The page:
Sizing up the SS-20s
World superpowers are not going to negotiate about nuclear weapons in public. So when Leonid Brezhnev and Ronald Reagan square off with rhetorical statements about reductions, freezes, and the like, the public is right to maintain a certain skepticism. The urgency is for the two sides to keep plugging away at the problem behind closed doors - and not emerge until they have wrestled the issues to the ground and come to an agreement on nuclear arms which will enable humanity to breathe easier.
The difficulty with public posturing is that it hides legitimate concerns on both sides and the immense complexity of the issues under discussion. These cannot be dealt with casually or flippantly. In the heat of public debate, therefore, the ordinary citizen is wise to remember that even experts are baffled by the intricacies involved and not let himself be swept up by easy generalizations, by either the Soviet or the American side.
Take those notorious Soviet SS-20s, for instance. The NATO countries are understandably concerned about the massive deployment of these mobile missiles targeted on Western Europe. To keep things in perspective, however, it bears reminding that these have not so much enlarged Russia's basic arsenal as substantially modernized it. The Soviet Union, always concerned that Europe might become a land base for an invasion of Soviet territory, already had the capability of destroying Europe several times over with its existing missiles. The SS-20, however, makes the Russians more secure because it is mobile and therefore less vulnerable to a NATO strike. It can be argued that this is not necessarily a bad thing, for if the Russians feel safer they are less likely to launch a preemptive strike out of fear of attack. The situation is more stable, in other words.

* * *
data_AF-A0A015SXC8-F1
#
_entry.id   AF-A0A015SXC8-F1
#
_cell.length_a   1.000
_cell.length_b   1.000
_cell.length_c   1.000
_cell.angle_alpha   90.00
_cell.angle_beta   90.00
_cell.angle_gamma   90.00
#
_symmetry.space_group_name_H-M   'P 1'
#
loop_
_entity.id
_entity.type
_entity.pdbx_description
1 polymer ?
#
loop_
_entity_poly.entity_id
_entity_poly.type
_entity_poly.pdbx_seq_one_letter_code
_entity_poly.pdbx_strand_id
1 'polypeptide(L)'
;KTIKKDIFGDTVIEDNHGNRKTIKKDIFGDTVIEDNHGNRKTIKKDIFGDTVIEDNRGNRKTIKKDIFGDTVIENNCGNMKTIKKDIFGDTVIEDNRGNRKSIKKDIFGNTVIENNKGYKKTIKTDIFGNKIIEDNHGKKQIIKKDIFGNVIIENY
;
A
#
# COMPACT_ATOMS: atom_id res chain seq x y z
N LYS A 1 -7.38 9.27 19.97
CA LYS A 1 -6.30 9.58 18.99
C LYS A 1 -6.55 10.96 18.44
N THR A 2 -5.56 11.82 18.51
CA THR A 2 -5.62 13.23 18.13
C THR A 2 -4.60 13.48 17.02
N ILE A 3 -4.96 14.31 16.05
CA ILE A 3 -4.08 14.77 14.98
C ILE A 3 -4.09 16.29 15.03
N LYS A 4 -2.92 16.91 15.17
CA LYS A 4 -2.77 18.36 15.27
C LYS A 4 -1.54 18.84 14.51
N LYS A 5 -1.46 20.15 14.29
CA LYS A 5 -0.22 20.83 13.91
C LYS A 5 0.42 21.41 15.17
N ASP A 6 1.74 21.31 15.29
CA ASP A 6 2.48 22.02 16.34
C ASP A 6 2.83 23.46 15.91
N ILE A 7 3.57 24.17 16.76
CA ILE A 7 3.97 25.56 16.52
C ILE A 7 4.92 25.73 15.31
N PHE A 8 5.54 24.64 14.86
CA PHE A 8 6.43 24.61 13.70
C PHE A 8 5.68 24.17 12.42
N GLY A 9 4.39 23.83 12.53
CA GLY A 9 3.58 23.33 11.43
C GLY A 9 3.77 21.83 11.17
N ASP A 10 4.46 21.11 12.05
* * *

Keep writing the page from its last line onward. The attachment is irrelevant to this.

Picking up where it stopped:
Then there is the tricky issue of numbers. The 300 Soviet SS-20s are difficult to bargain about because one third are in European Russia, one third on the Sino-Soviet frontier, and one third can go either way. President Reagan is cofrect in calling attention to the fact that mobile missiles can be turned around and aimed at Western Europe and that sMNezhnev's moratorium on deployment of more SS-20s west of the Urals therefore rings hollow. But he is not precise when he says ''even if east of the Urals, they could still target most of Western Europe.'' Not all of them. The SS-20s targeted on China cannot reach Western Europe. And anyone familiar with Sino-Soviet history knows how worried Moscow is about a threat from its former Chinese ally and how important, therefore, it regards the SS-20s pointed at China.This is a factor Mr. Reagan did not mention.
It is also necessary to consider the SS-20 in the larger context of the strategic (not just theater) arms spiral. Recall what happened at Vladivostok in 1974 when President Ford and Mr. Brezhnev met and agreed on a framework for a SALT II treaty. One of the Soviet concessions at that time was agreement not to count the so-called Forward Based Systems (FBS) in Europe - the US land- and carrier-based bombers. Knowledgeable specialists believe the Russians conceded for two reasons: one, because the US gave up demanding equality in throwweight (in which the Russians have the advantage) and, second, because Moscow had the SS-20 as a counter to FBS. At the time the US apparently did not see the significance of the SS-20.
Now, of course, it does. But, wPile the SS-20 has become the subject of negotiations on theater (medium-range) weapons, it is clear that the underlyi g issues of the so-called ''Euro-balance'' cannot be resolved until the talks are expanded to include weapons in the intercontinental or strategic balance as well. A major difficulty at Geneva in fact is deciding which weapons to include as medium-range. Embracing the whole gamut of nuclear arms could help break this impasse.
Mr. Brezhnev's unilateral moratorium may be unacceptable and Mr. Reagan's response too facile. But we trust that behind the thrusting and parrying there lies a genuine desire to reduce the nuclear risks which will translate into hard and honest bargaining. The public, meantime, should be alert to exaggerations and oversimplications.